Leftover Christmas or Easter Ham, a few odds and ends from a party? Here's a great way of using it up in this Deviled Ham recipe. Also known as ham spread, ham salad, and, in Europe, potted ham is unbelievably simple and open to all kinds of variations. Here, the 'Devil' comes from dollops of hot, fiery Wasabi mustard; if you don't have any, English mustard would also work well.
But what to do with your Deviled Ham. The versatility of this clever little dish is excellent and all depends on which direction you want to take it. Spread it on thick slices of sourdough and a good twist of black pepper with a side salad for a hearty, simple rustic lunch. Onto hot toast or crackers or in a sandwich for quick and very tasty snack. Dress the spread up and serve as a canapé on tiny croutons of bread with a decorative finish of micro-salad leaves for parties or with an aperitif.
- 8-ounces leftover deli ham or prosciutto
- 2 teaspoons wasabi mustard (or English mustard)
- 1 tablespoon cornichon (finely chopped)
- 2 scallions (finely chopped)
- 1 tablespoon Worcestershire sauce
- Small bunch flat-leaf parsley
- 1 cup clarified butter
- Freshly ground black pepper (to taste)
- Kosher salt (to taste)
Gather the ingredients.
Put the first five ingredients into a food processor and pulse to create a thick, chunky paste. Add 1/2 cup of the butter and pulse again. Taste the ham spread and add salt and pepper according to your taste.
Pack 4 x 3/4-cup ramekins or small bowls with the ham mix pressing down firmly leaving a quarter-inch at the top.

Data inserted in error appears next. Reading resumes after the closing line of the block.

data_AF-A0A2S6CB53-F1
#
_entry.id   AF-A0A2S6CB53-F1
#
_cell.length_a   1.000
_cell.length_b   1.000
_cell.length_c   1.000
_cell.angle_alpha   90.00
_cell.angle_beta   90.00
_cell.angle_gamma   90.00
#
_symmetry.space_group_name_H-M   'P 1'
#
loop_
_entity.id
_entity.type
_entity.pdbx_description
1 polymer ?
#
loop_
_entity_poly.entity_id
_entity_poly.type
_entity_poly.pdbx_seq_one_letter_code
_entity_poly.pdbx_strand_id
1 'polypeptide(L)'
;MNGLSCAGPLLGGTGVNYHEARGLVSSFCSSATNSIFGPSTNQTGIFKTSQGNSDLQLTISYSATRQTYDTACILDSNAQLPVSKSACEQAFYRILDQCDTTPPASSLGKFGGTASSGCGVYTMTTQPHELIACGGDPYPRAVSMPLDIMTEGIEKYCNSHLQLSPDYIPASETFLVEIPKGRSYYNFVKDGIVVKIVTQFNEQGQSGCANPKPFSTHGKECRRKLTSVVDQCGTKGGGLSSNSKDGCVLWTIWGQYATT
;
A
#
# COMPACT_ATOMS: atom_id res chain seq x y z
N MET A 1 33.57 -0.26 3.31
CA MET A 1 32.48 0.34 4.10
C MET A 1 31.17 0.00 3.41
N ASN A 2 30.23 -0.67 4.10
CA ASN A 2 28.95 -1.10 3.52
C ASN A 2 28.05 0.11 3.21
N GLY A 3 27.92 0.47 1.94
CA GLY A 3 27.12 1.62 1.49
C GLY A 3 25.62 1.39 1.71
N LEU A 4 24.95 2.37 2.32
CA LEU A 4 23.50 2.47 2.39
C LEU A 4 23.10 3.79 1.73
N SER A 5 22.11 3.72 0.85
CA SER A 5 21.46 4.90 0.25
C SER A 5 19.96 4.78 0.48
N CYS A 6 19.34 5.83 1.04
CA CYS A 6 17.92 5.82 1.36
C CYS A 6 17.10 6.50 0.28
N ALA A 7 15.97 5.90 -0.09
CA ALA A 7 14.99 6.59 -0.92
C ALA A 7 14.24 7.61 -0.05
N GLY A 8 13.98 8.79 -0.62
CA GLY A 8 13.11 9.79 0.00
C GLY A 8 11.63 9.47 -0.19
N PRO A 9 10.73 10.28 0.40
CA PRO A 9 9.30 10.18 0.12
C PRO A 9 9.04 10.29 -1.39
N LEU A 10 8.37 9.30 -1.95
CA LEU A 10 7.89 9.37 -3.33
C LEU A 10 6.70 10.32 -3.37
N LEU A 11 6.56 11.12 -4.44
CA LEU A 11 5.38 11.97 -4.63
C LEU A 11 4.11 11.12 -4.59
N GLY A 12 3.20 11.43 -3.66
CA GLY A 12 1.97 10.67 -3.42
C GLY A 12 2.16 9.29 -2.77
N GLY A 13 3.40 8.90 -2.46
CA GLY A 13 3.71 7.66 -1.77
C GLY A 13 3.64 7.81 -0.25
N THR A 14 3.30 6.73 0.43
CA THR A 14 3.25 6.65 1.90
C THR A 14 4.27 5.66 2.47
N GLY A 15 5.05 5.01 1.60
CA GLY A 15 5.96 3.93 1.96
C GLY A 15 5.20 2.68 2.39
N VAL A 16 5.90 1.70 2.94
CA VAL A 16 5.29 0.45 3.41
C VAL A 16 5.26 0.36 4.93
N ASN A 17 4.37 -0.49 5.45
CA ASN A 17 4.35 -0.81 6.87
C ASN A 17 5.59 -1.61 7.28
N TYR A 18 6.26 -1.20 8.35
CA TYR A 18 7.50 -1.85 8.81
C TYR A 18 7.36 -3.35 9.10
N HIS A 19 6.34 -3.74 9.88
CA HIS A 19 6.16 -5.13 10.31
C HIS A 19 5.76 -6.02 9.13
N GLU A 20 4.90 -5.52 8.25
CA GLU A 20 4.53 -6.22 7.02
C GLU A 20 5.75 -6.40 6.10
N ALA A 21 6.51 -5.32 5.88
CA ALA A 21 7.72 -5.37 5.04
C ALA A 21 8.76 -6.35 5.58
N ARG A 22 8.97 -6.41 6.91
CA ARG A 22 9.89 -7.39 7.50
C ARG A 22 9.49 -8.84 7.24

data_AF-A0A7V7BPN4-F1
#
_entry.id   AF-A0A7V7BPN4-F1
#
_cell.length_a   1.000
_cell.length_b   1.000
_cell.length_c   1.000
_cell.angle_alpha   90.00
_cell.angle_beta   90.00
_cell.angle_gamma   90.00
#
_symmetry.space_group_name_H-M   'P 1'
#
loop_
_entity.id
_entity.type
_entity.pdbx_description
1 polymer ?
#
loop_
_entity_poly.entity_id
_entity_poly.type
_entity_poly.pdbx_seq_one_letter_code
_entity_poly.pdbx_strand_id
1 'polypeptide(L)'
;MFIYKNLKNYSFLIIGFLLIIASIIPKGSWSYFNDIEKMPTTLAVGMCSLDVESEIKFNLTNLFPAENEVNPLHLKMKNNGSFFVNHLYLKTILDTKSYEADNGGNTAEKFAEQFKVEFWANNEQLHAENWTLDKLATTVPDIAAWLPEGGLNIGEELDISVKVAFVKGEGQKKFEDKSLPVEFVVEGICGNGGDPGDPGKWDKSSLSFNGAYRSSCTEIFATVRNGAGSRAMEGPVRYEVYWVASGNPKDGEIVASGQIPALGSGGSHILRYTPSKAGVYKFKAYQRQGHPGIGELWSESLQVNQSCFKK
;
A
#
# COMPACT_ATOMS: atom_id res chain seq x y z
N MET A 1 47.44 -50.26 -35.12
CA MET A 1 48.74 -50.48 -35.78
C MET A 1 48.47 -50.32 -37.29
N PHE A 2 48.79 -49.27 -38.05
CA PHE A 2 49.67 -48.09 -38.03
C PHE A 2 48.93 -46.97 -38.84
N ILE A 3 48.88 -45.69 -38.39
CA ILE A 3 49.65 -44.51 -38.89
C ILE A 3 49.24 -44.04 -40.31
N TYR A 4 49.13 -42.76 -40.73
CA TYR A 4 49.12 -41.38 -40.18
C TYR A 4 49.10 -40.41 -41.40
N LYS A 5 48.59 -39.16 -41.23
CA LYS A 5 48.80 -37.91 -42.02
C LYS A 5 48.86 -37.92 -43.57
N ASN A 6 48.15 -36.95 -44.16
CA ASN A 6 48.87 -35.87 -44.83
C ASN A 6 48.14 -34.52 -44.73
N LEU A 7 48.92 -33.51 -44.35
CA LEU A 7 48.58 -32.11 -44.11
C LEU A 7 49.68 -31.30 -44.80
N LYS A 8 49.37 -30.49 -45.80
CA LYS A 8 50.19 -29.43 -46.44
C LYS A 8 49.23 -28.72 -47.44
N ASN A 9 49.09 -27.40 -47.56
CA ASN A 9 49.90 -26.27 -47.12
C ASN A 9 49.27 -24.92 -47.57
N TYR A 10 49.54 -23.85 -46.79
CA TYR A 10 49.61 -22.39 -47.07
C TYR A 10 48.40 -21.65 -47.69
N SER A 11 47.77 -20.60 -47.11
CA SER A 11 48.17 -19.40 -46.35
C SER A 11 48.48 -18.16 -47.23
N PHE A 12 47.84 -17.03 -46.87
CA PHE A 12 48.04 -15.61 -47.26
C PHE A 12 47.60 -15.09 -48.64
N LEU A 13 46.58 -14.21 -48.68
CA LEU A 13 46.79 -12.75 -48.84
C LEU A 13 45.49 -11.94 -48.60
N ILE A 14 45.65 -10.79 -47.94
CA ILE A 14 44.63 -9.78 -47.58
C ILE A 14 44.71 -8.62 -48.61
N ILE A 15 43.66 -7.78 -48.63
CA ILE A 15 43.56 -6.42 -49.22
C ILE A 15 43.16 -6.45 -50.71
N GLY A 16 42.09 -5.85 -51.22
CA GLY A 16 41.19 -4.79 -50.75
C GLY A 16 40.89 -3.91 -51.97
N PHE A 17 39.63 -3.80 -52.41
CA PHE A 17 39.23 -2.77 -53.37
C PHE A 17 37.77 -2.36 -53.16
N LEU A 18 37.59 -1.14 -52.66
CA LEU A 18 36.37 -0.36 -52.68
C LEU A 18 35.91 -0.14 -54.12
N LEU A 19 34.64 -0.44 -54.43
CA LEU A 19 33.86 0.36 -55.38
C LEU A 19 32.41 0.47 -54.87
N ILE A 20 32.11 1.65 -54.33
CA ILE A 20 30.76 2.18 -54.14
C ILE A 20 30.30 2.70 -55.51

Spoon clarified butter over the ham spread to create a buttery seal. Decorate with herb and black pepper. Pop the ramekins into the refrigerator until the butter is set.
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The beauty of this Devilled Ham Recipe is that as long as you include a little heat, hence the name "Deviled", you can adjust what you put into this dish. However, do keep the texture thick and chunky and more importantly, a bit of a crunch.
- Swap out the cornichons and scallions for finely chopped shallots, pickled cucumber, or Giardiniera.
- If you are in Britain, how about some diced up Pickled Onions, always a good combination with ham.
- The leftover cooked ham and gammon can be changed for cooked bacon lardons, maybe dice of chorizo or Chistorra, Italian salumi such as soppressata, or the heavily fennel scented Finocchiona.
- The mustard used must have a punch to it, to bring the heat up in the spread - otherwise, where is the Devil? For a change, leave the mustard alone and a little Mostarda, or even a little freshly grated horseradish which will pep things up nicely.